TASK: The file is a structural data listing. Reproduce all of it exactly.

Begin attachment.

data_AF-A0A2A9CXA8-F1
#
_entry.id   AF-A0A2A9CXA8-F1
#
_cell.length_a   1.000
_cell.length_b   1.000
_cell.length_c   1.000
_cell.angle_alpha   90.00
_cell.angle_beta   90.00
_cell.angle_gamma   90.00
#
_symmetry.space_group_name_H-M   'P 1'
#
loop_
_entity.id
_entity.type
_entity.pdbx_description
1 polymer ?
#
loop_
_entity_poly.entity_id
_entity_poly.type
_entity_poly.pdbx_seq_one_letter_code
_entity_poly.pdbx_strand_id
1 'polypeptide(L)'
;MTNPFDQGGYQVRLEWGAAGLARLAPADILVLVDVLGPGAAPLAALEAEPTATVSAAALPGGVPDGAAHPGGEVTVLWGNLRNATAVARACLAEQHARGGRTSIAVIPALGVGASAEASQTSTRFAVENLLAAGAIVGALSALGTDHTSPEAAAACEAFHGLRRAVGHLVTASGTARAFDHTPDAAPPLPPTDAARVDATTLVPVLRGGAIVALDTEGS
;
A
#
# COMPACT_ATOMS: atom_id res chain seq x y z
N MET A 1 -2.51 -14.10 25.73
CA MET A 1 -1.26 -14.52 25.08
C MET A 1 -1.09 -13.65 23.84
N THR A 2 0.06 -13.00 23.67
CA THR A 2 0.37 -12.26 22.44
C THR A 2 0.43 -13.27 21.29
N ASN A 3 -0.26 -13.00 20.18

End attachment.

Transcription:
data_AF-A0A2A9CXA8-F1
#
_entry.id   AF-A0A2A9CXA8-F1
#
_cell.length_a   1.000
_cell.length_b   1.000
_cell.length_c   1.000
_cell.angle_alpha   90.00
_cell.angle_beta   90.00
_cell.angle_gamma   90.00
#
_symmetry.space_group_name_H-M   'P 1'
#
loop_
_entity.id
_entity.type
_entity.pdbx_description
1 polymer ?
#
loop_
_entity_poly.entity_id
_entity_poly.type
_entity_poly.pdbx_seq_one_letter_code
_entity_poly.pdbx_strand_id
1 'polypeptide(L)'
;MTNPFDQGGYQVRLEWGAAGLARLAPADILVLVDVLGPGAAPLAALEAEPTATVSAAALPGGVPDGAAHPGGEVTVLWGNLRNATAVARACLAEQHARGGRTSIAVIPALGVGASAEASQTSTRFAVENLLAAGAIVGALSALGTDHTSPEAAAACEAFHGLRRAVGHLVTASGTARAFDHTPDAAPPLPPTDAARVDATTLVPVLRGGAIVALDTEGS
;
A
#
# COMPACT_ATOMS: atom_id res chain seq x y z
N MET A 1 -2.51 -14.10 25.73
CA MET A 1 -1.26 -14.52 25.08
C MET A 1 -1.09 -13.65 23.84
N THR A 2 0.06 -13.00 23.67
CA THR A 2 0.37 -12.26 22.44
C THR A 2 0.43 -13.27 21.29
N ASN A 3 -0.26 -13.00 20.18